Pakistan would receive 2.5 million doses of the Moderna Covid-19 vaccine from the United States, White House spokesperson Jen Psaki confirmed on Monday.
The shipment is part of US President Joe Biden’s commitment to play a leading role in ending the coronavirus pandemic worldwide, she said.
Last week, Biden had announced plans to allocate 75 per cent of unused Covid-19 vaccines through the UN-backed Covax global vaccine sharing programme.
Of the first tranche of 25 million doses, the White House said that about 19 million would go to Covax, with approximately six million for South and Central America, seven million for Asia, and five million for Africa.
Read more: USAID donates 52 ventilators to Sindh govt
The doses mark a substantial — and immediate — boost to the lagging Covax effort, which to date has shared just 76 million doses with needy countries.
On June 5, it was reported that critical health supplies airlifted by the United States, through US Agency for International Development (USAID), reached Pakistan to help save lives, stop the spread of Covid-19 and meet the urgent health needs of the country.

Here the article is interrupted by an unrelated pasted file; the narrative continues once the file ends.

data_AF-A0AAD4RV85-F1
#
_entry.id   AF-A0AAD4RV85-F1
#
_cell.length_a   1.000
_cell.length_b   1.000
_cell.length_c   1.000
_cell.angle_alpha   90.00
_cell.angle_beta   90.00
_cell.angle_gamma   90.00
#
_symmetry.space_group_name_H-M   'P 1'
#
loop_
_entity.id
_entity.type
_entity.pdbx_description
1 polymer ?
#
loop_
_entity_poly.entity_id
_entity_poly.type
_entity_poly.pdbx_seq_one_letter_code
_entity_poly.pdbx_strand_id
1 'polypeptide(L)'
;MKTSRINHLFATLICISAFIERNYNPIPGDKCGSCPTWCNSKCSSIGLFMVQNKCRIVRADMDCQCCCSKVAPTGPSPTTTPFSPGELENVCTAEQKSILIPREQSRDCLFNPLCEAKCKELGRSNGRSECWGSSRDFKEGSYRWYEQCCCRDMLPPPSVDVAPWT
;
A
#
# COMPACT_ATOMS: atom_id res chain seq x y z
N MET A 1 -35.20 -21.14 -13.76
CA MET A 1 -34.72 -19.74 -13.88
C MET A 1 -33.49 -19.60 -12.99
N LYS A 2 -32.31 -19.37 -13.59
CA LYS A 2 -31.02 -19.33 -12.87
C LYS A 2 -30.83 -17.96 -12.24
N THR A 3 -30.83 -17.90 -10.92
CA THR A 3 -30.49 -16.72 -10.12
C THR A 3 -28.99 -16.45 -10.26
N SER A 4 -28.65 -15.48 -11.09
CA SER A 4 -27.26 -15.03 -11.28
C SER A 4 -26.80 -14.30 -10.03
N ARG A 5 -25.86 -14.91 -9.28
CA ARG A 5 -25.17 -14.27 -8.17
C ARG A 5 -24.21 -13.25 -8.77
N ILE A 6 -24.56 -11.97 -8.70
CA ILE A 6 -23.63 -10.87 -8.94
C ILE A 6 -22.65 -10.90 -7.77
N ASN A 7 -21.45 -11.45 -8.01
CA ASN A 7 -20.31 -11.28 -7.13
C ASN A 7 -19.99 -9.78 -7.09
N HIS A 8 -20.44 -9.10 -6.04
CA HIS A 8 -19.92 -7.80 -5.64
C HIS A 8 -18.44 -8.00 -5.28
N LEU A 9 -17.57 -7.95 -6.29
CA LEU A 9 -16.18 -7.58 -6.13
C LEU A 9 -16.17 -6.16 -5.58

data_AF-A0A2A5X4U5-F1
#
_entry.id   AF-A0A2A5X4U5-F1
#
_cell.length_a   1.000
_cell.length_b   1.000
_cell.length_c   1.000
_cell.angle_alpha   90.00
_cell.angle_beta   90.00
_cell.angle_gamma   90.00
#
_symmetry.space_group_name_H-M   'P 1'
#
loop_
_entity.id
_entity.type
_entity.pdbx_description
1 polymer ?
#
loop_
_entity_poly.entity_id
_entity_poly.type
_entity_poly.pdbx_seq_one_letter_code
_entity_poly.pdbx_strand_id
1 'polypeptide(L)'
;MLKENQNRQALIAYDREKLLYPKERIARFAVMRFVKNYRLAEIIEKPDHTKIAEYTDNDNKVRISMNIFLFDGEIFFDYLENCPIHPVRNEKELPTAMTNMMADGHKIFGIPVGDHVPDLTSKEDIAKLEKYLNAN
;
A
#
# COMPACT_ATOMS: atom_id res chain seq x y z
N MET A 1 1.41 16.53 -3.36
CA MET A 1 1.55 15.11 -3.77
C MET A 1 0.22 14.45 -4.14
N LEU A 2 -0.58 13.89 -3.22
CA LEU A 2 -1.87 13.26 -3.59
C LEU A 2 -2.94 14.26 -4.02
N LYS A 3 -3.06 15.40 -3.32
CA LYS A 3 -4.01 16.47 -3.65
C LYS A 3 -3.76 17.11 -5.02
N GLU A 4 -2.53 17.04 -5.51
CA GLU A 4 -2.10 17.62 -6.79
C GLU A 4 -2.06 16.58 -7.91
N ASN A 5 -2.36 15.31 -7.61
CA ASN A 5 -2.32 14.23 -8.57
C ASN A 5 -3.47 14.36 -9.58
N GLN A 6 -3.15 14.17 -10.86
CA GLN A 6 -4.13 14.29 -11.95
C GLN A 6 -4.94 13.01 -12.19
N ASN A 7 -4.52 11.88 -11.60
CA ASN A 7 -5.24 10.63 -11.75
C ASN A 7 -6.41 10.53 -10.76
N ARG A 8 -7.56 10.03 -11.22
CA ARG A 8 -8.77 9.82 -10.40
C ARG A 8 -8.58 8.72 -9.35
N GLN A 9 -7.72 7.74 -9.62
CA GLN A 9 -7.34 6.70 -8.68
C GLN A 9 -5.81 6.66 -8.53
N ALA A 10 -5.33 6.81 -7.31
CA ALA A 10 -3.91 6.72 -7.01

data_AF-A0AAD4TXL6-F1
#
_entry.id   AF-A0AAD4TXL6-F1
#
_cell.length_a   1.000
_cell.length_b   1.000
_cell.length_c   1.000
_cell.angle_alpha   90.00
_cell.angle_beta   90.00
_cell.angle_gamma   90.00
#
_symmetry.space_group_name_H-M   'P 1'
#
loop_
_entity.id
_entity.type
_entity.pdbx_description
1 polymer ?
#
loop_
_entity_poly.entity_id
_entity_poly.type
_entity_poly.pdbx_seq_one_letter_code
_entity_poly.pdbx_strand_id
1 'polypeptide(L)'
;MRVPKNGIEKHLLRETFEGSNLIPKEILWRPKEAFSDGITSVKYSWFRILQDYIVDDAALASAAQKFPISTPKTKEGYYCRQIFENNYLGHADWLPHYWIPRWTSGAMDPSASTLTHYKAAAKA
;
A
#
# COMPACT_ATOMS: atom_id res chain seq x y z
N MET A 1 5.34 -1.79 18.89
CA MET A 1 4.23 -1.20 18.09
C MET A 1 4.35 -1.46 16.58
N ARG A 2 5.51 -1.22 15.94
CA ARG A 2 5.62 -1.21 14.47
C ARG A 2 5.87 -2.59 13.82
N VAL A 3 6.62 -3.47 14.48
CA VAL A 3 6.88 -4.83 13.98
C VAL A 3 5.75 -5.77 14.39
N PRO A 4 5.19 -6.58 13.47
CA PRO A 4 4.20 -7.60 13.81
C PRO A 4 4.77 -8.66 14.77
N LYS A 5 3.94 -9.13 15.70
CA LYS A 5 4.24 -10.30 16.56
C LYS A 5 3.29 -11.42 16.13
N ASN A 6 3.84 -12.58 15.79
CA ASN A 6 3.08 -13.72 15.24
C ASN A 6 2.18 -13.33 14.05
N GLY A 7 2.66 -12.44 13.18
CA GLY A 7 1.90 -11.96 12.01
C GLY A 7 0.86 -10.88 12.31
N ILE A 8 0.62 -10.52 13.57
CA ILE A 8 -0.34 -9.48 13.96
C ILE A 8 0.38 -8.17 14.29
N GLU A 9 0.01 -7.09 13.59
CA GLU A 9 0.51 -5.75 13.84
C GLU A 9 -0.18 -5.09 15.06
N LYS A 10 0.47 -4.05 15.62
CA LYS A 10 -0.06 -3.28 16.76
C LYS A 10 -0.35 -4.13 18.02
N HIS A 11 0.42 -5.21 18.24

The airlift to Pakistan contributed to needed and requested emergency medical supplies, including personal protective equipment, pulse oximeters, and other supplies. USAID will complement these supplies with technical assistance on their use and maintenance.
The US government has allocated more than $40 million to Pakistan for Covid-19 response assistance, including a donation of 200 ventilators to care for Covid-19 patients. This support has benefited more than 2.5 million Pakistanis across the country, providing life-saving treatments, strengthening case-finding and surveillance, and mobilising innovative financing to bolster emergency preparedness.
USAID’s assistance also includes a $2 billion contribution to Gavi, the Vaccine Alliance, to support the purchase and delivery of Covid-19 vaccines to 92 low and middle-income countries, with another $2 billion commitment planned by 2022.
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